Twitter You Tube Facebook Autobodynews Linked In

Mike Anderson

mike anderson autobody newsMike Anderson is the president and owner of Collision Advice, a consulting company for the auto body/collision repair industry. For nearly 25 years, he was the owner of Wagonwork Collision Center, an OEM-certified, full-service auto body repair facility in Alexandria, VA.

Monday, 11 February 2019 22:37

From the Desk of Mike Anderson: It’s Time to Create New Parts Code

Written by



So why not switch the parts code from alternative to OEM when transferring to the management system? One reason: Some shops offer some insurance companies a discount on OEM parts. So they may already be taking a hit by buying an OEM part but only charging for non-OEM, and then get hit again with the OEM discount to the insurer.


A third potential downside to all this for shops: It’s known that many automakers are moving toward using scorecards to evaluate the performance of their certified collision shops. Shops that are certified and have DRP agreements will be faced with the risk of coding an OEM part they use as an alternative part to not hurt their DRP score, only to have that hurt their scorecard for OEM parts usage with the automaker certifying their shop.

Some people will suggest that price-matched parts could be coded as “opt-OE.” But that label has become so convoluted and misused as a parts type category. Some automakers have an “opt-OE” part that they sell, for example, and others don’t recognize that label at all. The California Bureau of Automotive Repair has said “opt-OE” and “alt-OE” aren’t adequate as parts descriptors.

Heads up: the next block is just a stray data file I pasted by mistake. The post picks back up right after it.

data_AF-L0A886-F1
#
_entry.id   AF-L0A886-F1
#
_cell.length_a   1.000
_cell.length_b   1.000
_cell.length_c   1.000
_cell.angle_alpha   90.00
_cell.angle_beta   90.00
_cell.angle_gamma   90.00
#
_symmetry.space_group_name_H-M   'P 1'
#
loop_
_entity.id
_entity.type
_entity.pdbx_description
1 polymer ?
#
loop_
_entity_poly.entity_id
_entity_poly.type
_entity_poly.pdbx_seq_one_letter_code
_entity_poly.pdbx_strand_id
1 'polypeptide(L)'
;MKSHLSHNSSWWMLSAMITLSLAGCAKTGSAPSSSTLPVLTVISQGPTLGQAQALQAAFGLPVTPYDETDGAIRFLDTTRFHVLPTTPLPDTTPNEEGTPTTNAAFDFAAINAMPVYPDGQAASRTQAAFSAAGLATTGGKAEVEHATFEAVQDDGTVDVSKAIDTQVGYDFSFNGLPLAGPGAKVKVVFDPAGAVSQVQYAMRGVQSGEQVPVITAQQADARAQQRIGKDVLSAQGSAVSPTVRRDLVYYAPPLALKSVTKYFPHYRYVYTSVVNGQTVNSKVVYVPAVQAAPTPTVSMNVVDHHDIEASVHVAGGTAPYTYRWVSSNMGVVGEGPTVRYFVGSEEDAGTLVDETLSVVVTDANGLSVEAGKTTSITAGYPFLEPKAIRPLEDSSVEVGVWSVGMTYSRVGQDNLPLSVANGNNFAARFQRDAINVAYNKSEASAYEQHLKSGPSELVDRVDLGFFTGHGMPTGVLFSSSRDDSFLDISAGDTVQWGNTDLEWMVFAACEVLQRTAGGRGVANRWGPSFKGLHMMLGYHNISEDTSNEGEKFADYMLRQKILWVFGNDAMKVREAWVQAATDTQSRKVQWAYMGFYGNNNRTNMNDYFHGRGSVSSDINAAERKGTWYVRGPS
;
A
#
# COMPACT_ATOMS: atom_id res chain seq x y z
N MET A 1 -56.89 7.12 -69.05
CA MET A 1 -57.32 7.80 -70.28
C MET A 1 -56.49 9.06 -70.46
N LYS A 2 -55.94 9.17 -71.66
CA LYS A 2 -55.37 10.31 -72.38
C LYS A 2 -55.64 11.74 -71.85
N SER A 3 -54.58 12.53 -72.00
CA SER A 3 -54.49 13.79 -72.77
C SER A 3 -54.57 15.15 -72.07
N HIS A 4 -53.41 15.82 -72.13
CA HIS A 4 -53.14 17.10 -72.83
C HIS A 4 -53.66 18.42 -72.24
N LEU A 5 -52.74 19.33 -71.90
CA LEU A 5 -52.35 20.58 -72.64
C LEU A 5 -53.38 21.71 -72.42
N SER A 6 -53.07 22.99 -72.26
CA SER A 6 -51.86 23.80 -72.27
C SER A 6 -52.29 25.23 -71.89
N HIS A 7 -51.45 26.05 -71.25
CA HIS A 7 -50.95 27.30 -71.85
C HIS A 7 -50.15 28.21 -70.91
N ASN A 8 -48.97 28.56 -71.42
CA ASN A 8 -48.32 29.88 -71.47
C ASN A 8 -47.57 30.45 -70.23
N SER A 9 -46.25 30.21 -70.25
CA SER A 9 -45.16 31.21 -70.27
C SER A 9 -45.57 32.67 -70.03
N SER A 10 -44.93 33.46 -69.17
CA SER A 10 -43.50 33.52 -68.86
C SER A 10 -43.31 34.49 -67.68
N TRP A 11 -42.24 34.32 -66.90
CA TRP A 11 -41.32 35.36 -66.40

At the end of the day, I believe there’s a simple solution to all this. We need to recognize a new parts-type code in the estimating and management systems. If you price-match a part, you use that new code so your management and accounting systems recognize the sale and cost as an OEM part. You get accurate financial statements without skewing your OEM or alternative parts usage numbers with either an insurer or an automaker.

Now, some stakeholders in the industry may not want this to happen. But it’s not fair for shops to suffer from the current accounting nightmare and the risk of “being damned if they do, damned if they don’t” in terms of competing scorecards.

I’m imploring the organizations in our industry that can make this happen---the information providers, CIECA, the Collision Industry Conference, the trade associations, etc.---to make this a priority.

It’s time to make this change.

« Previous Page Next Page

Read 2547 times